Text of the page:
Many laws (federal and state) and the government enforcement agencies begin with the presumption that all workers are employees. But this is a rebuttable presumption, which means that if a contractor’s status is challenged, the company that engaged the worker has the chance to try to show that the person is a contractor, not an employee. Whether or not the person is a contractor or employee is based on weighing several different factors.
A good starting place is to apply the “economic realities” test. This is similar to the test used by the Internal Revenue Service in that the pivotal factor is whether the company that contracted for the services has control or the right to control the worker both as to the work done and the manner and means in which it is performed.
Under the “economic realities” test, there are several important factors to consider, each of which will carry different weight, depending on the circumstances. Some of the factors are:
- Whether the worker is engaged in an occupation distinct from the contracting company
- Whether the work is a part of the regular business of the contracting company
- Whether the worker supplies the facilities, instrumentalities, tools, and the place for doing the work
- The worker’s investment in the equipment or materials
- Whether the service rendered requires a special skill
- Whether the kind of work is usually done under direction of the contracting company or by a specialist without supervision
- The worker’s opportunity for profit or loss depending on his or her managerial skill
- The length of time for which the services are to be performed
- The degree of permanence of the working relationship
- The method of payment, whether by time or by the job; and
- Whether or not the parties believe they are creating an employer-employee relationship
The last point may or may not be relevant because courts and government agencies do not hesitate to reclassify a worker as an “employee” regardless of the type of relationship the parties thought they were creating or whether a independent contractor agreement exists. Also, keep in mind that the “economic realities” test is only one test that may be used for some purposes in some states, such as California. Washington, for example, also will inquire into factors such as whether the individual:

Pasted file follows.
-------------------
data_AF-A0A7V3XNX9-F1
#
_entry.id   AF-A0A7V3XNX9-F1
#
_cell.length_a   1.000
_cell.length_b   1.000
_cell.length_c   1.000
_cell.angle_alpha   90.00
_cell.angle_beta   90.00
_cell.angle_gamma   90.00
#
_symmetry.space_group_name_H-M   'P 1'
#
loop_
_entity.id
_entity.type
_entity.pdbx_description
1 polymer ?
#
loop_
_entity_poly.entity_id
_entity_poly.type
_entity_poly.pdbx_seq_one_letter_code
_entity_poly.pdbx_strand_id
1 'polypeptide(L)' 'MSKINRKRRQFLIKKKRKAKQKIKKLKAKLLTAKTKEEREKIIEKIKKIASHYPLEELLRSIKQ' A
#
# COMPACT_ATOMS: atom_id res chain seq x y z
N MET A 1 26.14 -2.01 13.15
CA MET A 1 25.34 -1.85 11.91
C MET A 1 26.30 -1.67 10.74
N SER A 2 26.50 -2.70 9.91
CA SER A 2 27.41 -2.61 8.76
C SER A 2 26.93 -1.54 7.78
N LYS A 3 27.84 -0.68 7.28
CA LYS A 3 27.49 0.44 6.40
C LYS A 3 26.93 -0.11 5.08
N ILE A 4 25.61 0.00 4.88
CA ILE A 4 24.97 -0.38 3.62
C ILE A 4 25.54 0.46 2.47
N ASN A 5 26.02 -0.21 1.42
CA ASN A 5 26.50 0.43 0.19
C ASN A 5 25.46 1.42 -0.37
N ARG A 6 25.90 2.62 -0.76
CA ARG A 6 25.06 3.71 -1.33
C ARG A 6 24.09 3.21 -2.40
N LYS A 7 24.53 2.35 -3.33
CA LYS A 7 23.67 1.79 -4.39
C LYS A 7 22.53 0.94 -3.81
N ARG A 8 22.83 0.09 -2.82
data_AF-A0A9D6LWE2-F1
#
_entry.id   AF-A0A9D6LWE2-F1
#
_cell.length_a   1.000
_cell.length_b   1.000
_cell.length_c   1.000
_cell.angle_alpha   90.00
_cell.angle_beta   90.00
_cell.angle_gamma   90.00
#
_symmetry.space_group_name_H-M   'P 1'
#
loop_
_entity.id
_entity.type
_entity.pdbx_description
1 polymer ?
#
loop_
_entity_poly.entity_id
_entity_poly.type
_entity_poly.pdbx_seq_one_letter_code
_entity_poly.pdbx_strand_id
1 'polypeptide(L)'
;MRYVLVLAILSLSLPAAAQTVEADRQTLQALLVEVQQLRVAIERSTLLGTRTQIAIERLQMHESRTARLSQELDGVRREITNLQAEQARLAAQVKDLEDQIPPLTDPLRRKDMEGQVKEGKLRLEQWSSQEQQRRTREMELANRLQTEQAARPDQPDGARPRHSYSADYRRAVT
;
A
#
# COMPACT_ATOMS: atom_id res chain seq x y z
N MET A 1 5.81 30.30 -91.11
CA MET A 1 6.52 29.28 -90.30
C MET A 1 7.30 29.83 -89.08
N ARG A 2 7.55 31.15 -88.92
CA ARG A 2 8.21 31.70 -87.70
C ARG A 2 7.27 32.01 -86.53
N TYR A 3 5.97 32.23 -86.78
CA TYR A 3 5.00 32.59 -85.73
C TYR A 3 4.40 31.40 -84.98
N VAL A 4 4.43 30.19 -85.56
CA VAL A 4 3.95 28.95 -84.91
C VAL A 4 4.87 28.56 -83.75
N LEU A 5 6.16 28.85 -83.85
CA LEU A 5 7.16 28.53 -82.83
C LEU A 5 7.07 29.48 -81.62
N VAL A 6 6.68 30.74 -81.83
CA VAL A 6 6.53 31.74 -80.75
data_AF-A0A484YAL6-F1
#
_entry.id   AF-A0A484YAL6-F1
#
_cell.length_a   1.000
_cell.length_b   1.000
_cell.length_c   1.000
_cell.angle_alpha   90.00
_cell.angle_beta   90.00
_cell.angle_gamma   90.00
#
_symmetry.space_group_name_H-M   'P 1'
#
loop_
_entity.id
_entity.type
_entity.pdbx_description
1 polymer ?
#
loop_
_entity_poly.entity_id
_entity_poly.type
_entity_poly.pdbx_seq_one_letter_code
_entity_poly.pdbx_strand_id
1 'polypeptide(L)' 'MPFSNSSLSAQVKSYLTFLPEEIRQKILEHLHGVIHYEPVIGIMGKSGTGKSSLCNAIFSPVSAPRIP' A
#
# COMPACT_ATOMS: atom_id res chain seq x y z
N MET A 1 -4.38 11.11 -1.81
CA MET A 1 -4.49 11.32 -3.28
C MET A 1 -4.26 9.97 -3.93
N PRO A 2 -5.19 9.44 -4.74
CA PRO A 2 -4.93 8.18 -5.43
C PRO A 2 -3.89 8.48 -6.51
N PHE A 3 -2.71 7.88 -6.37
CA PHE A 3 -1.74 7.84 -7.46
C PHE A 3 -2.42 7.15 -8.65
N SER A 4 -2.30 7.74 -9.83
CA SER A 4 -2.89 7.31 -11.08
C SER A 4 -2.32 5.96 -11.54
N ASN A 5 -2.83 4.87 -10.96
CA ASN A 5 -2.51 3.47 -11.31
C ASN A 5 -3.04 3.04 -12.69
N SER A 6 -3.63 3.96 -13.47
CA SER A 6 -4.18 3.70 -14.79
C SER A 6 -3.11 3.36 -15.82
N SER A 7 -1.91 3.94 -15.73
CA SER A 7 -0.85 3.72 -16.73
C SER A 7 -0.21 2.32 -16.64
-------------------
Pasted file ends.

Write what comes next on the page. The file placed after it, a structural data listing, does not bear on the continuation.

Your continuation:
- has established an account with the Department of Revenue or any other state agency that collects taxes for the business operated
- is maintaining separate books and records of income and expenses; and
- is required to file a schedule of expenses with the IRS
The federal Department of Labor (DOL) also usually applies an “economic realities” test that is similar to California’s, but is simplified. While this list is not exhaustive, the factors the DOL will consider include:
- The extent to which the services rendered are an integral part of the principal’s business
- The permanency of the relationship
- The amount of the alleged contractor’s investment in facilities and equipment
- The nature and degree of control by the principal
- The alleged contractor’s opportunities for profit and loss
- The amount of initiative, judgment, or foresight in open market competition with others required for the success of the claimed independent contractor; and
- The degree of independent business organization and operation
The IRS used to use the “20 Factor Test” for determining whether a worker was an employee or independent contractor. But in 2006 the IRS “simplified” it and the test now focuses on three specific areas:
Behavioral control. The critical issue is whether the contracting company has retained the right to direct and control the worker. In assessing that fact, it does not matter if the right is not exercised. It only matters whether the right exists. Consideration will include, for example: